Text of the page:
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Best Buy: US trading chain bans Kaspersky software from shelves

Sunday, September 10th, 2017 | Gadgets

The US retail chain Best Buy does not sell any products of the security company Kaspersky more. This confirmed both the chain itself and Kaspersky the British magazine The Register. Best Buy also offers customers a complete removal of their products by employees. Kaspersky is repeatedly suspected, especially in the US, of cooperating with the Russian authorities.

Kaspersky itself denies the allegations. They work with authorities all over the world, but they have no specific relationship with the Russian intelligence services and the local police. In fact, there is no concrete evidence that the use of Kaspersky products is a particular danger because of the Russian home of the company.
"Kaspersky Lab is looking forward to a productive decades-long partnership with Best Buy and its customers, and Kaspersky Lab will continue to offer its industry-leading products through its website and other vendors."
US police officers are also warning about Kaspersky
US police officers have warned US companies in recent months to use Kaspersky products. Certain government agencies are also no longer to use the products. Democratic senator Heanne Shaheen from New Hampshire last week issued a bill that would ban the use of Kaspersky products on all computers of federal authorities.

She said, "Because Kaspersky's servers are in Russia, sensitive data from the United States are permanently routed through a hostile country." In addition, Kaspersky Lab is required by Russian laws and a certification of the FSB secret services to support them in espionage activities. Shaheen quotes the controversial Russian Sorm law, the Internet service provider committed to storing customer data according to the full-take principle. It is unclear why they called Kaspersky as an Internet service provider.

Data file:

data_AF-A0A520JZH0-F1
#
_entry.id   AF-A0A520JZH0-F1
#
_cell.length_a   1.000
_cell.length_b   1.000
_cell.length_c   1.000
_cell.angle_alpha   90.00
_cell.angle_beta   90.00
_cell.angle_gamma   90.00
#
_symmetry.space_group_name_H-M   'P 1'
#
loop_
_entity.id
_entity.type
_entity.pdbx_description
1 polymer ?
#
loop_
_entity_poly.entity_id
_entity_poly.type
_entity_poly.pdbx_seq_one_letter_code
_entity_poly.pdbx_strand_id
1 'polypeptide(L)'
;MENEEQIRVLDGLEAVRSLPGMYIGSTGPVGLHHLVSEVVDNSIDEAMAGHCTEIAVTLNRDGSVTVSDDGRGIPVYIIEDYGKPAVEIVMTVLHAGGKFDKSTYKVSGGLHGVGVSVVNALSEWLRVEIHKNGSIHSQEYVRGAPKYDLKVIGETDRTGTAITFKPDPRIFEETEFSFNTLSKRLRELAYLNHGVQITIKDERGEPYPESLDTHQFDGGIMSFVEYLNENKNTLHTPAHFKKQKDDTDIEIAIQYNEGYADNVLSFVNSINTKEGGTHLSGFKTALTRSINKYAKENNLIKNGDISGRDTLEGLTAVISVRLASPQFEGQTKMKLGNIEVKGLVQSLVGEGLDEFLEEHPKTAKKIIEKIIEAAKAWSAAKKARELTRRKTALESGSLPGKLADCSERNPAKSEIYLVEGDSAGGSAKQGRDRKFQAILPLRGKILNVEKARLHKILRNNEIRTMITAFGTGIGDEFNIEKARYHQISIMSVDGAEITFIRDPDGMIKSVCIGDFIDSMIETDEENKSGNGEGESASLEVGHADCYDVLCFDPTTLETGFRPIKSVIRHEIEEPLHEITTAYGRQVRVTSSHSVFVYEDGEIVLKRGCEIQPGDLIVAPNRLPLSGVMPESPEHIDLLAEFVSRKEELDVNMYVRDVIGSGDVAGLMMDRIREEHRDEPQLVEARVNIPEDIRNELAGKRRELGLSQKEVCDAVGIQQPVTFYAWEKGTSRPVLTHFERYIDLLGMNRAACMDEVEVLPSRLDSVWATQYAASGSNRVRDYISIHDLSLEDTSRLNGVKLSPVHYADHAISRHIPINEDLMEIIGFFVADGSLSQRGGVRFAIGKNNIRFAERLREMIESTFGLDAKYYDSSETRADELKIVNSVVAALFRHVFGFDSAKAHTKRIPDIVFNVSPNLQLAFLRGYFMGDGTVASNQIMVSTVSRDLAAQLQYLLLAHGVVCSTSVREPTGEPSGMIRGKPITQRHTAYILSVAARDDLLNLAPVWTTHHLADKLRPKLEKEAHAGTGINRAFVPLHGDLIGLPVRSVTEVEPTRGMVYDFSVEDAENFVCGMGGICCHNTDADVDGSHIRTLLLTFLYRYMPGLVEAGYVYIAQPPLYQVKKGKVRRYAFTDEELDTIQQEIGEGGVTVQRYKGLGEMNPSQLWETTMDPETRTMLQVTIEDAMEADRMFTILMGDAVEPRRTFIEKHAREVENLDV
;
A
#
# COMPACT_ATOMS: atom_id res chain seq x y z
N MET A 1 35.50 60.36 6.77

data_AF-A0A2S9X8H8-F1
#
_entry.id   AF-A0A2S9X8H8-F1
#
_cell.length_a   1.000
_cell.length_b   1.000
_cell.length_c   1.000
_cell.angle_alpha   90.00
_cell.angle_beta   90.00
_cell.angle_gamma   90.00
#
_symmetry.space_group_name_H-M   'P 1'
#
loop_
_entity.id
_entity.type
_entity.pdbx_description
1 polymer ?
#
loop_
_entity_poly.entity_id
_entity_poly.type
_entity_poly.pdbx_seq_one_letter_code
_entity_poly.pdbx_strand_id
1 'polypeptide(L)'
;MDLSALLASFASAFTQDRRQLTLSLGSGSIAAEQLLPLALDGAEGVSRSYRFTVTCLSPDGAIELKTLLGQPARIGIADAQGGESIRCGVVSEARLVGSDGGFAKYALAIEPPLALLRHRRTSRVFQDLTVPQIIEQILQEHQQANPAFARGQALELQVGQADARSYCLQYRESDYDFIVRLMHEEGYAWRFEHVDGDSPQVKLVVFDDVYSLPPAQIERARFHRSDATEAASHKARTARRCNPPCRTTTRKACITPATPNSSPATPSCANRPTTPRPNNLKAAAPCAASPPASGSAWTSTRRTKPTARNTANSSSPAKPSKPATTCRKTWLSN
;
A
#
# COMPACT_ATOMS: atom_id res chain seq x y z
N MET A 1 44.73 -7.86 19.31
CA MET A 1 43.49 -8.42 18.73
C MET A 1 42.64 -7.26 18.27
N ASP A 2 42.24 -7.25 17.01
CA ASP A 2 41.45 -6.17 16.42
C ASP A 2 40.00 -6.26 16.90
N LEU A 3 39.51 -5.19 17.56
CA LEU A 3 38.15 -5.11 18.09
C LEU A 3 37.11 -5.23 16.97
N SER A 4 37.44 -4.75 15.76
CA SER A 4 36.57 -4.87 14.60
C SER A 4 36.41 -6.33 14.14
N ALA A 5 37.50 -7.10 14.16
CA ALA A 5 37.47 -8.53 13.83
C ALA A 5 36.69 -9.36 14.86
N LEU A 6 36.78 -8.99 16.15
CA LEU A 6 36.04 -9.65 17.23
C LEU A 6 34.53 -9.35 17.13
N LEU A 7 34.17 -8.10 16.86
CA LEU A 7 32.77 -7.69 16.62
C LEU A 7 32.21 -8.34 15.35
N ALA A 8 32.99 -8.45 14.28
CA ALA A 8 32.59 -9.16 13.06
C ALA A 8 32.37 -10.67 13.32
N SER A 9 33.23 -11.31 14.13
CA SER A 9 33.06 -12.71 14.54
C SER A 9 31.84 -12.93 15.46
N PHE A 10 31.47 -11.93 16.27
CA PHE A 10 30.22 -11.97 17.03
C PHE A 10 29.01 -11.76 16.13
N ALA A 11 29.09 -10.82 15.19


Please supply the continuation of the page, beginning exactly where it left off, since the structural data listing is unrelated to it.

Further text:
As The Register does, the situation in the US is not fundamentally different. The investment arm of the CIA, In-Q-Tel, has invested in security companies such as Fireeye, Interset, ArcSight and Silver Tail Systems. The Patriot Act also allows US companies to be required to provide customer data and, if at all, to talk about it after intensive legal disputes.
To counter the suspicions, Kaspersky founder Eugene Kaspersky had already offered the company's source code to the US authorities for inspection. But this offer has not yet been accepted. Even at Golem.de, we have already been critical about Kaspersky products and other antivirus products – but because of specific security problems or fundamental concerns against such products.
Similar accusations like Kaspersky looks for years also the Chinese network equipment and smartphone producer Huawei exposed – likewise without any evidence. The company has already withdrawn completely from the US market for network equipment a few years ago.


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